Buzzy Overnight Waffles
For the waffles: Mix 1 and 1/2 cups of milk, 6 Tablespoons of melted butter, 2 Tablespoons of sugar, 1 teaspoon of vanilla, 1/2 teaspoon of salt, and 2 eggs. Add 2 cups of flour and one packet of instant yeast. Stir well. Refrigerate overnight and make waffles in the morning.
For the buzzy apples: Core, peel, and slice 4–6 apples. Place the apples in a zip-top bag with 1 teaspoon of cinnamon, 1/2 teaspoon of nutmeg, 1/4 cup of brown sugar, and 1 ounce of whiskey (or amaretto, or rum, or orange juice). Refrigerate for several hours. Sauté the apples in 3 Tablespoons of butter for 15–20 minutes, until the fruit is fragrant and tender. Serve with the waffles.
White Chicken Chili
Put 2 Tablespoons and 1 teaspoon of butter in the bottom of a stock pot. Add 1 cut-up onion, 1 stalk of celery (diced), and 1/2 of a carrot (diced). Cook until fragrant—5 to 10 minutes. Add 1 clove of minced garlic and cook for another minute. To the pot, add 3 cups of cooked and diced chicken, 1 can of chicken broth, 1 can of tomato-chili mix (like Rotel), 1 teaspoon of oregano, 1 teaspoon of cumin, a pinch of salt, and a pinch of chili flakes. Stir. Add 2 or 3 cans of white cannellini beans. Simmer for 1 hour in the stock pot (or put everything in a slow cooker on low for 3–4 hours). Stir occasionally. Add 2–3 cups of shredded Jack cheese and 1 cup of sour cream—or serve this on the side. Combine and heat through.
Chicken Velvet Soup
Melt 3/4 cup of butter in a stock pot. Add 3/4 cup of flour and mix until smooth and bubbly. Mix together 1 cup of warm milk, 2 cups of warm chicken stock, and 1 cup of Half and Half; pour this into the flour mixture. Whisk until smooth. Cook until it thickens. Add 4 more cups of chicken stock and 2 cups of chopped cooked chicken. Season as desired with salt, pepper, onion powder, or garlic powder to taste. Heat through.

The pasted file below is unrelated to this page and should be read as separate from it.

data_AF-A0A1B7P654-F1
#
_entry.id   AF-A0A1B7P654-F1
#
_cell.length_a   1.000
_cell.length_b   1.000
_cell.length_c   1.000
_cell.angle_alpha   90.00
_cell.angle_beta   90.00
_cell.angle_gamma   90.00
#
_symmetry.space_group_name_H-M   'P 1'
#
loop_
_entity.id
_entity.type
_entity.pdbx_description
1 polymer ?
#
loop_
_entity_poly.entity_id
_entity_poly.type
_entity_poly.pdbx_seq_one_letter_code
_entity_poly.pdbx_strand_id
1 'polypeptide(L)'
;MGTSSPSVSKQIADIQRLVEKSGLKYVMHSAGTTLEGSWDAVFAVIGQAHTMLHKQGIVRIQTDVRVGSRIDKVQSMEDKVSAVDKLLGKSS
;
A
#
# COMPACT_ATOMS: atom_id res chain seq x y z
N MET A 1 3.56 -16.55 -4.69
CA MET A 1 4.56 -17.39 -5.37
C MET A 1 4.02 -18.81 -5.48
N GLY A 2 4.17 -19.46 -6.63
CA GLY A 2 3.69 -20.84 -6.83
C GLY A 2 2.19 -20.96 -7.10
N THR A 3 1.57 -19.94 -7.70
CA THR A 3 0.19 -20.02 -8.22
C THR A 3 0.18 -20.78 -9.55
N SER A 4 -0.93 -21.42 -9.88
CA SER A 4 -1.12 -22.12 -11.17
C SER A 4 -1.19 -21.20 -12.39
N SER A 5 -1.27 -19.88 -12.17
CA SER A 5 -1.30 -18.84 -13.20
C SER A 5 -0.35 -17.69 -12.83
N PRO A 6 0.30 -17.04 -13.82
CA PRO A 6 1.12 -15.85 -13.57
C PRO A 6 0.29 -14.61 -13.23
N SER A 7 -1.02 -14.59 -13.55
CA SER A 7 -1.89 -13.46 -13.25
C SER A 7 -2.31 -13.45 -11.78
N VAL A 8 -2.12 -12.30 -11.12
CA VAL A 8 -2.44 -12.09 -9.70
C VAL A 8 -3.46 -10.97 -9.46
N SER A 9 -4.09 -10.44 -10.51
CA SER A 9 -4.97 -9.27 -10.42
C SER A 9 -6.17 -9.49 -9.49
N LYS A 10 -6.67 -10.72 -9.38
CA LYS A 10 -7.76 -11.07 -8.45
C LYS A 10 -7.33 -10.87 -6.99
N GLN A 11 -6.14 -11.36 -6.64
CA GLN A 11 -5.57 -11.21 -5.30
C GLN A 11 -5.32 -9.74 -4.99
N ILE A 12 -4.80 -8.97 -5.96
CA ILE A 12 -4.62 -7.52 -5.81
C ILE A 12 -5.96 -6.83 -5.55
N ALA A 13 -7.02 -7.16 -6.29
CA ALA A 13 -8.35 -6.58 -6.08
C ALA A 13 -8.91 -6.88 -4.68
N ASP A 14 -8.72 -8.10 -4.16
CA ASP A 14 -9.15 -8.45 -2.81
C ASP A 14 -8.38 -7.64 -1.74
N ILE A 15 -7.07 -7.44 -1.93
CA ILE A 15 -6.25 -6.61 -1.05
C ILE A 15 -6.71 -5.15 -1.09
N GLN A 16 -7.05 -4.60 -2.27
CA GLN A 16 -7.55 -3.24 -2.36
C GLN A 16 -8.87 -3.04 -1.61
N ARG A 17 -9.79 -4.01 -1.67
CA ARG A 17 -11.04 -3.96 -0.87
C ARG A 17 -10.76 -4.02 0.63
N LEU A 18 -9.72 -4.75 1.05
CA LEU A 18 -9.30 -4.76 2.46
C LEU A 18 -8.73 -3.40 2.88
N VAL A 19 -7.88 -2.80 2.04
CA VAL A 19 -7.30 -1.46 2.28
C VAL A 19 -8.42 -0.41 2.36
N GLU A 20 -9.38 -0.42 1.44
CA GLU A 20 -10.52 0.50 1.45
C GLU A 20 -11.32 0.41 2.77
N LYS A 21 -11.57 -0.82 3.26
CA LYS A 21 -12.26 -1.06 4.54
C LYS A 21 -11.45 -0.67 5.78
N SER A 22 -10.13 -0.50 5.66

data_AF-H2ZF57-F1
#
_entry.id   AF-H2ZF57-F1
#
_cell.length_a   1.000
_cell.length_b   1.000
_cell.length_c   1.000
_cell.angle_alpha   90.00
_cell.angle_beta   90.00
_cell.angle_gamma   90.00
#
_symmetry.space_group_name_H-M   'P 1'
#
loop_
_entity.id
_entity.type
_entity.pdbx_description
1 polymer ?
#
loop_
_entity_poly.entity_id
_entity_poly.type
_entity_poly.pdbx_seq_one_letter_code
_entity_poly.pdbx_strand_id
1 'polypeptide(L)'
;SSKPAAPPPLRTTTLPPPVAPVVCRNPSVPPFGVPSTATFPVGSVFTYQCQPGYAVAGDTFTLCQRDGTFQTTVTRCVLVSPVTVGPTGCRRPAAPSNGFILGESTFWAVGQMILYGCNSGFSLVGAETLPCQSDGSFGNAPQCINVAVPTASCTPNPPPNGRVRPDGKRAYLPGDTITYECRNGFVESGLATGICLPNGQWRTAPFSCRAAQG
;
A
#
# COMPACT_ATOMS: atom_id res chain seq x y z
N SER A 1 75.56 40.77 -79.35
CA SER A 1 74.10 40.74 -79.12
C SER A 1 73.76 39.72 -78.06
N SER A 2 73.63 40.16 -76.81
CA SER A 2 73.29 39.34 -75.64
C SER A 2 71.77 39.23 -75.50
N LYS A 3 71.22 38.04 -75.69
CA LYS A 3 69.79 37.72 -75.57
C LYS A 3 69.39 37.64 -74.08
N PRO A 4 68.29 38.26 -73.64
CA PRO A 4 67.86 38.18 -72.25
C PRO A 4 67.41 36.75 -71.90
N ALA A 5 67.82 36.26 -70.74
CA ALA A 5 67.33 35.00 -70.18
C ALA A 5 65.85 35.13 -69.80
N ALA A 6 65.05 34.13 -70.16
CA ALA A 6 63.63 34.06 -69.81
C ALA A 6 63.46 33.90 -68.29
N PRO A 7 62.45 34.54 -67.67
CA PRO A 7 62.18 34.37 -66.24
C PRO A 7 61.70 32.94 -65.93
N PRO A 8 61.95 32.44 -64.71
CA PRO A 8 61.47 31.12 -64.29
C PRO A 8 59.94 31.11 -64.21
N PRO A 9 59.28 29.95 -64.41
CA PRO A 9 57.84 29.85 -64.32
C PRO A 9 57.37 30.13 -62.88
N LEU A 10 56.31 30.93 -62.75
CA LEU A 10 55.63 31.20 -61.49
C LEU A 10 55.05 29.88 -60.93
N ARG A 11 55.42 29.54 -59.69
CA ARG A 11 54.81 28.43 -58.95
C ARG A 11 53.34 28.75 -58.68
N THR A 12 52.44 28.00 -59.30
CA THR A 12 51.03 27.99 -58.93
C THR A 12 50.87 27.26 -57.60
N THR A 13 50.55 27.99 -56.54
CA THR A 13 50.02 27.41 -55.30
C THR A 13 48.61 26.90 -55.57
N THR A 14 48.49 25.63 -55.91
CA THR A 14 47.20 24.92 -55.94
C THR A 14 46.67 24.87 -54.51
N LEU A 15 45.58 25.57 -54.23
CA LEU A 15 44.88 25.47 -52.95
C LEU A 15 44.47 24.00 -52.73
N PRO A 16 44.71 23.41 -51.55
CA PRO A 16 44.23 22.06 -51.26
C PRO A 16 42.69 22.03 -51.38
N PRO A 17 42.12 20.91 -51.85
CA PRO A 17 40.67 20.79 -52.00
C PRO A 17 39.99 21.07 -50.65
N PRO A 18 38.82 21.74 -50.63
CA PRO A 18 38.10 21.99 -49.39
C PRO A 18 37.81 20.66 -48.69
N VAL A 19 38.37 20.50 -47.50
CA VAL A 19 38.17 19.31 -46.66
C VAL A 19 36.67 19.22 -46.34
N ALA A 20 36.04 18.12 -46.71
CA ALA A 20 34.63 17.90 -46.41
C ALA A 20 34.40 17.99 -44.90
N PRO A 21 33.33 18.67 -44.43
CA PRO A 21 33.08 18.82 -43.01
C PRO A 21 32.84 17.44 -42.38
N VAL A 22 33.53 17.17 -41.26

Standing Rib for Four
Smear a small (3 pounds or so) standing rib roast with a bit of mustard and a generous amount of cracked black pepper. Place the roast on a roasting rack surrounded by sliced onion, carrots, and garlic cloves. Make a few slices into the meat and insert slices of fresh garlic. Let it come to room temperature (should take about 1–2 hours). Pour 1/4 cup of beef broth or water into the bottom of the pan. Bake at 500 degrees for 10 minutes. Turn down the oven to 325 degrees and roast until the thermometer in the roast shows you’ve reached the desired internal temperature—about 130 degrees. Tent with foil and let it rest for 20 minutes. Make au jus or gravy, if desired.
Peel and chunk-cut 5 or 6 potatoes. Boil until tender. Drain and let sit for 5 minutes. Pour in 1/2 to 1 cup of warm milk and add in whatever fixin’s you want, tasting along the way: sour cream, chives, minced garlic, cream cheese, cottage cheese, any type of grated cheese, salt and pepper, herbs.
Christmas Jewel Cookies
Mix 1 cup of soft butter with 2/3 cup of sugar, 1/2 teaspoon of almond extract, and 1 teaspoon of vanilla extract. Mix in 2 cups of flour. Refrigerate for one hour. Portion dough into 1-inch balls on a parchment-lined cookie sheet. Make an indentation in the middle of each ball with your thumb. Fill the indentation with seedless jam in the flavor(s) of your choice. Sprinkle with nut dust, if desired. Bake at 350 degrees for 12–16 minutes, until the edges are lightly browned. Cool. Remove to rack.
Editor’s Note: Kate has been an Omaha area culinary instructor since 1997. She attended The Institute for the Culinary Arts at Metropolitan Community College in Omaha.